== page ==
It's a treat to watch Kartik and Kiara on screen together. Their chemistry is quite palpable and stands out in the scenes they share.
Kartik Aaryan’s buffoon-meets-coming-of-age man act is quite likable. There are times when he seems to get a bit overboard in a couple of emotional scenes but he still manages to make it work. He’s earnest as the innocent simpleton who fails his law exam and is desperately waiting to get married and is equally sincere in the emotional scenes where he’s required to do the heavy lifting. Though the script is borderline designed to make him appear as somebody suffering from a major saviour complex, but, as mentioned earlier, Kartik leaves no stone unturned in delivering a commendable performance to make it work!
Kiara Advani is the soul of the film. She gets a more layered and complex character arc to portray where she delivers and how! It won’t be an exaggeration to call it her career-best performance so far. She steals the show in most of the scenes she’s a part of. It also helps that, unlike Bhool Bhulaiyaa 2, here she gets a meatier part and the script does allow her to portray her diversity as an actress and shine bright. Kiara is effortless as the performer Katha when we first meet her and is brilliant in scenes that are heavy on emotions. Watch out for the one where the big reveal of the secret happens – truly commendable in terms of the writing, execution, and performance!
Among the supporting cast, Supriya Pathak, Gajraj Rao, and Siddharth Randeria stand out even though they have little to do. In a couple of scenes where they do get the chance, they don’t disappoint. Anooradha Patel and Rajpal Yadav barely have anything to add to the limited scope of their characters. Shikha Talsania as Sattu’s sister doesn’t get enough material to work with. In fact, for a household like that of Sattu - where the gender roles are reversed with the women tasked with earning a living and the men turning homemakers - there was immense potential for a better character arc for Shikha.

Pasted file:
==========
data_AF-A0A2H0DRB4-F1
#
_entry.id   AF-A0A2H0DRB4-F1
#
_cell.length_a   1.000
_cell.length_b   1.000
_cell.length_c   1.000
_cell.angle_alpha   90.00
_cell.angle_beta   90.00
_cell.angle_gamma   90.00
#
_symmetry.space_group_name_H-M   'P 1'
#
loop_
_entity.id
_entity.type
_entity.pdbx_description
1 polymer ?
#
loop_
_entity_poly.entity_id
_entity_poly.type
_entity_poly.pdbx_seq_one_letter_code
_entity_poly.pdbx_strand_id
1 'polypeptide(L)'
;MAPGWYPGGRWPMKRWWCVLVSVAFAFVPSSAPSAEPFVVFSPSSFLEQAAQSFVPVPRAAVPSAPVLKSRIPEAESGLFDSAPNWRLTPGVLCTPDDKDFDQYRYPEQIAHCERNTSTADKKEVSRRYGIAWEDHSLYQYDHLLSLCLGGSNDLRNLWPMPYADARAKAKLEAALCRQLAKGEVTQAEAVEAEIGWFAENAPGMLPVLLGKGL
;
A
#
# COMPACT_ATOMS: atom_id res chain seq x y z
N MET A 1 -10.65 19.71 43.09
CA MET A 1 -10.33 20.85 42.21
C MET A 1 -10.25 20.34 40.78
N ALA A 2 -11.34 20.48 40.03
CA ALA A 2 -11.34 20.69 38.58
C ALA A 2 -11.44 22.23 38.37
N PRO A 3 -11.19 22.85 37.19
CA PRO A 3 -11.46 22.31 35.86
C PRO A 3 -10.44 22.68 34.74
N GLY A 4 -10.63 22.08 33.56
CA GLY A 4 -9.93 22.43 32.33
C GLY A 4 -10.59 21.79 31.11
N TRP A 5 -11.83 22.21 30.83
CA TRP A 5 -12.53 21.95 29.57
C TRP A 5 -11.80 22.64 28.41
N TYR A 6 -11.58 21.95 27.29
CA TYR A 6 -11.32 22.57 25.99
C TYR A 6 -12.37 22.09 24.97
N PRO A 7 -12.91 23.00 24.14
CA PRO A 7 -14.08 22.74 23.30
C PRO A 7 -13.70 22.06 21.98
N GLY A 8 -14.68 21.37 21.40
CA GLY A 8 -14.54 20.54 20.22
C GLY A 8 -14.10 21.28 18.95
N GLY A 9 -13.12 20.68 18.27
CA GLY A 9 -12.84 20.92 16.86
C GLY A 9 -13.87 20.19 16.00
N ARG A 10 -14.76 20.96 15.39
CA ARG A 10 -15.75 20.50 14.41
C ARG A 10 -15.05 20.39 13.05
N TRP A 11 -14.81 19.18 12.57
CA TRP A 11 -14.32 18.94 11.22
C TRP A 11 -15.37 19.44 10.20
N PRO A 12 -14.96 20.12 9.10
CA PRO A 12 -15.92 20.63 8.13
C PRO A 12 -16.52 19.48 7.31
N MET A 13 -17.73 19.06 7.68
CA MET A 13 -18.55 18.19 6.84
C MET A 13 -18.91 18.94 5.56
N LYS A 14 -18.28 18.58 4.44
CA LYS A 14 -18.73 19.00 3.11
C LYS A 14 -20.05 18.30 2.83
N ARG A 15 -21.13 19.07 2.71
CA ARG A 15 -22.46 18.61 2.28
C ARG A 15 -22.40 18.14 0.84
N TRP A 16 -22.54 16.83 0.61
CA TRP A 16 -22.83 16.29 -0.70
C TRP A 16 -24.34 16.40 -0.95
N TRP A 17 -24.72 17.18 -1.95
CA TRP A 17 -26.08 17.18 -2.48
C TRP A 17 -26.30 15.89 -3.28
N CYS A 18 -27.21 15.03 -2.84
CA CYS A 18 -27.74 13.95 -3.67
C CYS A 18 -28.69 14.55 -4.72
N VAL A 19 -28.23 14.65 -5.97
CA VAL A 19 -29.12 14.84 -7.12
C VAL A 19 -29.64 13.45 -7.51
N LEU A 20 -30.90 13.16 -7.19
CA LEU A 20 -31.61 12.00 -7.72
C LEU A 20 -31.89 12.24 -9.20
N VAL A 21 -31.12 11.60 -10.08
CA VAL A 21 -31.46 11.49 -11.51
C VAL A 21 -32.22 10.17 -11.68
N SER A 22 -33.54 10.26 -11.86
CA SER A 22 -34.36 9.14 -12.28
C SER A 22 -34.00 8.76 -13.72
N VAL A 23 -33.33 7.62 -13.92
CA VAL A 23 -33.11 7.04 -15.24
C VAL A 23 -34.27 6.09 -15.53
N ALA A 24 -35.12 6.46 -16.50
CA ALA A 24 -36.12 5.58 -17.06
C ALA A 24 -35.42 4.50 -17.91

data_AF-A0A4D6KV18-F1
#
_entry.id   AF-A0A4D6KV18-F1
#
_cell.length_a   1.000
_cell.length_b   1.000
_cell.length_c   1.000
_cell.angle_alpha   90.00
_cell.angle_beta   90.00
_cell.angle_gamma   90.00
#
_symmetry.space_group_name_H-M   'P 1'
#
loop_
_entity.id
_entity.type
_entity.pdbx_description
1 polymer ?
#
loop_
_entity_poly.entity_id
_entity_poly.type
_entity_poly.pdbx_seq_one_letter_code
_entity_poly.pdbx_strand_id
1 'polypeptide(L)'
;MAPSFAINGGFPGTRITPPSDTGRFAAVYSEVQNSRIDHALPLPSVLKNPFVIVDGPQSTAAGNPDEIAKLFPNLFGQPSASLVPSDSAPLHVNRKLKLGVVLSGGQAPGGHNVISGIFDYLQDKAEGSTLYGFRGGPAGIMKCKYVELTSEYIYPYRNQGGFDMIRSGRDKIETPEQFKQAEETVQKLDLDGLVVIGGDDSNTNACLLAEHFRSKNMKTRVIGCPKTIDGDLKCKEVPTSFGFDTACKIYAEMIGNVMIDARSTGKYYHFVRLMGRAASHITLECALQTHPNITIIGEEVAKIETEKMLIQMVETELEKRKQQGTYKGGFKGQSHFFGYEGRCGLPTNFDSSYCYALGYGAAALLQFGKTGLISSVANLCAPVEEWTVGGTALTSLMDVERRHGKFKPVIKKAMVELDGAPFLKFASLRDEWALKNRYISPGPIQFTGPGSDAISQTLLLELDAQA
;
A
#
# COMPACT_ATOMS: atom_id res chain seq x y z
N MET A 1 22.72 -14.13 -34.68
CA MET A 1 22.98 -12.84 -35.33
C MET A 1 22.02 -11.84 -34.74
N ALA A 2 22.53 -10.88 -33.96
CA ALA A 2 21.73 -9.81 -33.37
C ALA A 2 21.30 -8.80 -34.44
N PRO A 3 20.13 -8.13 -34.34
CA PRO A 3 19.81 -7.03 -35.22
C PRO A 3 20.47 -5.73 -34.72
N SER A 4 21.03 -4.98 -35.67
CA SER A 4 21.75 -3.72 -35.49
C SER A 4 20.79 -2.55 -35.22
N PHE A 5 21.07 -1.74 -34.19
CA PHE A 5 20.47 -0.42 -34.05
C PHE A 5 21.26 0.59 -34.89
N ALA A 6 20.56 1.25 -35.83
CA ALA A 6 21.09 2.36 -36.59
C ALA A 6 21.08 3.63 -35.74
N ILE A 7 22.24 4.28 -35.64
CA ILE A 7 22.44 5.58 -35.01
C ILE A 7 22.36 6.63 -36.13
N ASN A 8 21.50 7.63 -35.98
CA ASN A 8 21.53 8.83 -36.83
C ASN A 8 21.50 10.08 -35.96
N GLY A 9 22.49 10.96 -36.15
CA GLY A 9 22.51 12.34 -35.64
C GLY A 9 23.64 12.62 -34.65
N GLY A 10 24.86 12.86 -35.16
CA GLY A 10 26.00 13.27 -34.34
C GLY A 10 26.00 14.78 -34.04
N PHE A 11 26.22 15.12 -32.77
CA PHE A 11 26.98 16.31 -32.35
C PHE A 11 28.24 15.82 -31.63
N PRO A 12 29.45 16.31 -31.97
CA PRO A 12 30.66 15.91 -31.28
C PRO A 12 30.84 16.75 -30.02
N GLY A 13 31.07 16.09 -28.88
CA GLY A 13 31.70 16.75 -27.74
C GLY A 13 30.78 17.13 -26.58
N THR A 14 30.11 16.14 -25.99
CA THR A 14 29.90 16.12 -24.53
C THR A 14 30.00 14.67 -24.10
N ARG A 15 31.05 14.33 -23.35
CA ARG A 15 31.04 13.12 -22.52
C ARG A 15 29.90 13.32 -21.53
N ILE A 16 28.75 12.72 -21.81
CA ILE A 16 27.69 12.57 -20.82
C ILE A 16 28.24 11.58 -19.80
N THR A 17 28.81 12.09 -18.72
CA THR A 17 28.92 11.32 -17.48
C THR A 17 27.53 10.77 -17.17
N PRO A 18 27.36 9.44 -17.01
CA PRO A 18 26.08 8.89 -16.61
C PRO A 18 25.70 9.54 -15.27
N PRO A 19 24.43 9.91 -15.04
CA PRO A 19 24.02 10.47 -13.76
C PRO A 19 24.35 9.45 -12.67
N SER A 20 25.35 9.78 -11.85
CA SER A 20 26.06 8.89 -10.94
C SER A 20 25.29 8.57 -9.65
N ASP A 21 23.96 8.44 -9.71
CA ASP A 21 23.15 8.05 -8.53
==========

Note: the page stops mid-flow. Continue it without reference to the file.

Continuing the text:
Charu Sree Roy’s editing becomes questionable at times, especially since some scenes could’ve been done away with and the overall length of the film could’ve been easily brought down by 15-20 minutes. Even though it seems dragged, the overall narrative doesn’t disappoint in keeping you glued to the screen. The cinematography by Ayanaka Bose is up to the mark as is evident in the way the film has been shot. Natasha Vora too has nailed the brief in the costume department. Rajat Poddar’s production design is quite commendable as the locations and their treatment too seem pretty fresh and pleasing to the eye. Karan Shrikant Sharma’s writing sometimes misses, but mostly hits the mark.
Satyaprem Ki Katha has too many songs which mostly work as distractions in the overall narrative. We understand that the film is labeled as a musical but in order to justify that label, there should be outstanding songs that become the flavour of the season. Except for Aaj Ke Baad, which is quite mellifluous and stands out, all the others are quite forgettable. They’re all beautifully shot though, with Kiara and Kartik nailing their hook steps together.
Despite its flaws, Satyaprem Ki Katha is a great attempt at bringing a mature love story that has its heart in the right place. Apart from top-notch performances from Kartik and Kiara, It has an important social commentary and message that doesn’t become too preachy to digest – for that alone, give this one a dekho.
(All images, unless mentioned otherwise, via YouTube/Screengrab)